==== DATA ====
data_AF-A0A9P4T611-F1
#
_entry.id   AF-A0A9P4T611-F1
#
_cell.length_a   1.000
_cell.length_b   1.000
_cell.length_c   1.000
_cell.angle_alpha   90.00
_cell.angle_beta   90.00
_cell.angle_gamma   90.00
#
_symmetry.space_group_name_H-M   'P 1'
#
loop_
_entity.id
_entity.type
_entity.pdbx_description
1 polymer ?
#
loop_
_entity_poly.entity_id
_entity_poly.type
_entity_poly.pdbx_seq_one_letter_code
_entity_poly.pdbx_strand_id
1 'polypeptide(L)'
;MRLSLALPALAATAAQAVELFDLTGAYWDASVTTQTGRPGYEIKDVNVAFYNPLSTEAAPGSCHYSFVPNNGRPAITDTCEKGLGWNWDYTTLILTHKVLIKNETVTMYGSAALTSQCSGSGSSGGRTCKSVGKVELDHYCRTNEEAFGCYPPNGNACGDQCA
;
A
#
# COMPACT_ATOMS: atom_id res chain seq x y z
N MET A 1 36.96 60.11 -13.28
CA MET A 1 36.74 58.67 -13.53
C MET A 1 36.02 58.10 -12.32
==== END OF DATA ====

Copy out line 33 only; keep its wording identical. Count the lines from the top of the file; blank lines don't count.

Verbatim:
C MET A 1 36.02 58.10 -12.32